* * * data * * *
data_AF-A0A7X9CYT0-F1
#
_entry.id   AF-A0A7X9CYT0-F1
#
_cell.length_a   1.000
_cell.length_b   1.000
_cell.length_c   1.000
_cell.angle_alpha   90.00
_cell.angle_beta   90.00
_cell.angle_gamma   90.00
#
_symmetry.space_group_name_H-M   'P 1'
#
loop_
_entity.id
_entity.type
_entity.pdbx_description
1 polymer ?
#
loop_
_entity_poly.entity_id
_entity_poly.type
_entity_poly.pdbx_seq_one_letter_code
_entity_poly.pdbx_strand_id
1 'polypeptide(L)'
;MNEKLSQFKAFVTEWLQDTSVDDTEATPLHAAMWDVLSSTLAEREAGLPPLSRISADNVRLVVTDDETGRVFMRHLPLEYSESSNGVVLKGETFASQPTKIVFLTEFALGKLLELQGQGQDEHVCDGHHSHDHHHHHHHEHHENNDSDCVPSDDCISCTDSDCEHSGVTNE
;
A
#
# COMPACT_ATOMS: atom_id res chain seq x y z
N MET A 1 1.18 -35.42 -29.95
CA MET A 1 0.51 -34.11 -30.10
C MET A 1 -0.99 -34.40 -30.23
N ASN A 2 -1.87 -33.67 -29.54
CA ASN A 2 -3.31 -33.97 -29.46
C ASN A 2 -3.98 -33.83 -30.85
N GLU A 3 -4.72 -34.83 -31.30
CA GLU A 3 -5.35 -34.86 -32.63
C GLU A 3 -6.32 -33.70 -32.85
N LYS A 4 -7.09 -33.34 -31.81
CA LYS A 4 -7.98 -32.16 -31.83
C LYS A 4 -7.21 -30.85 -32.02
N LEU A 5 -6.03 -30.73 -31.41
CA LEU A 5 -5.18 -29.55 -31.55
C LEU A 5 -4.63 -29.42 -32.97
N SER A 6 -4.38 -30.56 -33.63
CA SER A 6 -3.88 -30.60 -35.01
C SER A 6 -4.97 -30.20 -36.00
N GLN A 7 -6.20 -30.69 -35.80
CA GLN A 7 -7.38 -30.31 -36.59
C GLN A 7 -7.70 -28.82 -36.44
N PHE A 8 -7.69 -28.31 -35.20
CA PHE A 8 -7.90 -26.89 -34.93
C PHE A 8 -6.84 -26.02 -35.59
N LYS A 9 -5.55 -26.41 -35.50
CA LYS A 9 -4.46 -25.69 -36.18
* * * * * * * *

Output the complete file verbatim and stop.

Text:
data_AF-A0A7X9CYT0-F1
#
_entry.id   AF-A0A7X9CYT0-F1
#
_cell.length_a   1.000
_cell.length_b   1.000
_cell.length_c   1.000
_cell.angle_alpha   90.00
_cell.angle_beta   90.00
_cell.angle_gamma   90.00
#
_symmetry.space_group_name_H-M   'P 1'
#
loop_
_entity.id
_entity.type
_entity.pdbx_description
1 polymer ?
#
loop_
_entity_poly.entity_id
_entity_poly.type
_entity_poly.pdbx_seq_one_letter_code
_entity_poly.pdbx_strand_id
1 'polypeptide(L)'
;MNEKLSQFKAFVTEWLQDTSVDDTEATPLHAAMWDVLSSTLAEREAGLPPLSRISADNVRLVVTDDETGRVFMRHLPLEYSESSNGVVLKGETFASQPTKIVFLTEFALGKLLELQGQGQDEHVCDGHHSHDHHHHHHHEHHENNDSDCVPSDDCISCTDSDCEHSGVTNE
;
A
#
# COMPACT_ATOMS: atom_id res chain seq x y z
N MET A 1 1.18 -35.42 -29.95
CA MET A 1 0.51 -34.11 -30.10
C MET A 1 -0.99 -34.40 -30.23
N ASN A 2 -1.87 -33.67 -29.54
CA ASN A 2 -3.31 -33.97 -29.46
C ASN A 2 -3.98 -33.83 -30.85
N GLU A 3 -4.72 -34.83 -31.30
CA GLU A 3 -5.35 -34.86 -32.63
C GLU A 3 -6.32 -33.70 -32.85
N LYS A 4 -7.09 -33.34 -31.81
CA LYS A 4 -7.98 -32.16 -31.83
C LYS A 4 -7.21 -30.85 -32.02
N LEU A 5 -6.03 -30.73 -31.41
CA LEU A 5 -5.18 -29.55 -31.55
C LEU A 5 -4.63 -29.42 -32.97
N SER A 6 -4.38 -30.56 -33.63
CA SER A 6 -3.88 -30.60 -35.01
C SER A 6 -4.97 -30.20 -36.00
N GLN A 7 -6.20 -30.69 -35.80
CA GLN A 7 -7.38 -30.31 -36.59
C GLN A 7 -7.70 -28.82 -36.44
N PHE A 8 -7.69 -28.31 -35.20
CA PHE A 8 -7.90 -26.89 -34.93
C PHE A 8 -6.84 -26.02 -35.59
N LYS A 9 -5.55 -26.41 -35.50
CA LYS A 9 -4.46 -25.69 -36.18